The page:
A transition for everyone
It is standard for new Presidents to trade in their personal phones for secure, encrypted devices and receive a new phone number. Obama did it. He gave up his beloved Blackberry for a featureless phone.
That meant no photos, music or even texting at the recommendation of his security team. This is a feat for anyone used to the endless options of smartphones, especially new Presidents who take to social media to express their opinions every five minutes.
Access to the people
President Trump’s former Samsung Galaxy was also his Twitter machine. With nearly 21 million followers, Trump’s tweets are constantly making waves in the news. Some tweets sent after the election even have a direct effect on the stock market.
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Though it is unknown whether his newly issued device came with his favorite social media platform, Trump assured the public before entering office that he would keep tweeting.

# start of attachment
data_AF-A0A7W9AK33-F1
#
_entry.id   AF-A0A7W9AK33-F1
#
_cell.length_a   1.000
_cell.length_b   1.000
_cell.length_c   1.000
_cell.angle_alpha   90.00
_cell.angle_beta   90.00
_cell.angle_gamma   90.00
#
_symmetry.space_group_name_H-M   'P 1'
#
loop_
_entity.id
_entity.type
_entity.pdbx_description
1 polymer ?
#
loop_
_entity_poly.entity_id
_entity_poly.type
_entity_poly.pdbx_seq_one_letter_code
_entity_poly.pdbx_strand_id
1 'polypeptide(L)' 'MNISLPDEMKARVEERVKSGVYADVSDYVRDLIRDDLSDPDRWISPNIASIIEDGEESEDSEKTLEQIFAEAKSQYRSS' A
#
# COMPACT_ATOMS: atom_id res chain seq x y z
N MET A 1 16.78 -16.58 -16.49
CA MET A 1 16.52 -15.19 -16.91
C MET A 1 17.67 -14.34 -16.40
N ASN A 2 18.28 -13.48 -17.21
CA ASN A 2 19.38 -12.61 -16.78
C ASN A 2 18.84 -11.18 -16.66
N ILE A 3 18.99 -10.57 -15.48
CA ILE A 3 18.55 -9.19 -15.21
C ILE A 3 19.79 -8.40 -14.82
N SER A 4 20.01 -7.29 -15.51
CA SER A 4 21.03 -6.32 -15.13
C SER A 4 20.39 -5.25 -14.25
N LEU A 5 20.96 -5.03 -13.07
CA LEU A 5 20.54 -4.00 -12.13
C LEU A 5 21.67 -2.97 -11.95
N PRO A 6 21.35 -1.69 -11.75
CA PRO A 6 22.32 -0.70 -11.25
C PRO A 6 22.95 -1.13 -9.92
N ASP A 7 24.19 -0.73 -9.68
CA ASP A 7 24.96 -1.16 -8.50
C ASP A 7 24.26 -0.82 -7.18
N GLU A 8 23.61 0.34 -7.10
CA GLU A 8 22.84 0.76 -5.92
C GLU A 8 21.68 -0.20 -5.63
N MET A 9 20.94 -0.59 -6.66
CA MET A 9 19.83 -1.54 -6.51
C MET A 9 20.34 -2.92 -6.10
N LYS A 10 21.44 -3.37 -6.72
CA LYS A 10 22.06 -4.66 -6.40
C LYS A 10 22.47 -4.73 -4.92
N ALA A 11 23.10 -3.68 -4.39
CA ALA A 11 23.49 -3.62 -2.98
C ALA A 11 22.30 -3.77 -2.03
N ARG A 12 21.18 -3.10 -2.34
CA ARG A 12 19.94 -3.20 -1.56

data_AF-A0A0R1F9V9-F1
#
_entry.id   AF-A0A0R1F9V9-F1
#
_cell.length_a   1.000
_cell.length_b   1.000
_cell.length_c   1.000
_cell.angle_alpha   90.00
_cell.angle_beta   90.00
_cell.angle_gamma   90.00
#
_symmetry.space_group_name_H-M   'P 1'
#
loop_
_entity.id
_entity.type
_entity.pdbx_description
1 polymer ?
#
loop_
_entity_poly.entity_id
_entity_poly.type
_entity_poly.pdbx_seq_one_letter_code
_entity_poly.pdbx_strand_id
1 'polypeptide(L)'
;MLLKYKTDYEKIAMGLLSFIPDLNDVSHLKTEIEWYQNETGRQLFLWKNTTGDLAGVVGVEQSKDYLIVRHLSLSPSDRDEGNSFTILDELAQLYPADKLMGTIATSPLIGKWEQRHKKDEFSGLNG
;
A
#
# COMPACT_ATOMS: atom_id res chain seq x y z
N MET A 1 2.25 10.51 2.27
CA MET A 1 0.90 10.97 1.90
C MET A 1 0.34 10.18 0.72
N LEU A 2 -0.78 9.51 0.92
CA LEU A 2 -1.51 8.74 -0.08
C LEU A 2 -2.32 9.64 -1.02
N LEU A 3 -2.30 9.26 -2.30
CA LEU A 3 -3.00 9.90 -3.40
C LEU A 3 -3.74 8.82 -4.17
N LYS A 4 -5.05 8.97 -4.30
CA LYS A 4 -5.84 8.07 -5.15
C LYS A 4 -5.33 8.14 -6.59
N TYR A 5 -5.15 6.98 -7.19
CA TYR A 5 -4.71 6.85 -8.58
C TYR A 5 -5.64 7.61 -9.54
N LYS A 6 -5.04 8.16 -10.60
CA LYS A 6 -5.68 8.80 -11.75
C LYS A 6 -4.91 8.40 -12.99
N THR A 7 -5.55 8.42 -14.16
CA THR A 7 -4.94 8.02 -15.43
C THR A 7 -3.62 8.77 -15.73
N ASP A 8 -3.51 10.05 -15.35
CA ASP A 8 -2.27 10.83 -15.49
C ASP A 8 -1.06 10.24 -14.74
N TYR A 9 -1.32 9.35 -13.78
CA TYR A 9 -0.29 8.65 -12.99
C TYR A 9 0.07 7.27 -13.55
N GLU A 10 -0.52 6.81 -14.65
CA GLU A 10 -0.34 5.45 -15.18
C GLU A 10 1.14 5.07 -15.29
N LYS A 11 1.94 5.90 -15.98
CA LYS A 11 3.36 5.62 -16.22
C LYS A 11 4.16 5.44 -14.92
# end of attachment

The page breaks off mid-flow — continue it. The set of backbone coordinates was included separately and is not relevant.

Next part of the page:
For now, the new President’s team is satisfied with the changes. The new phone was approved by the Secret Service who considers the phone trade to a jumping off point to hopefully put more security measures into place.
Trump’s previous phone number was widely known to the press and reporters but now, his device is locked down. The status of Trump’s twitter activity on the new phone is up in the air but perhaps he’ll find a way to ensure he has a protected version to share his thoughts.
Regardless of this necessary change to improve security, one thing still remains true: President Trump will not give up on Twitter.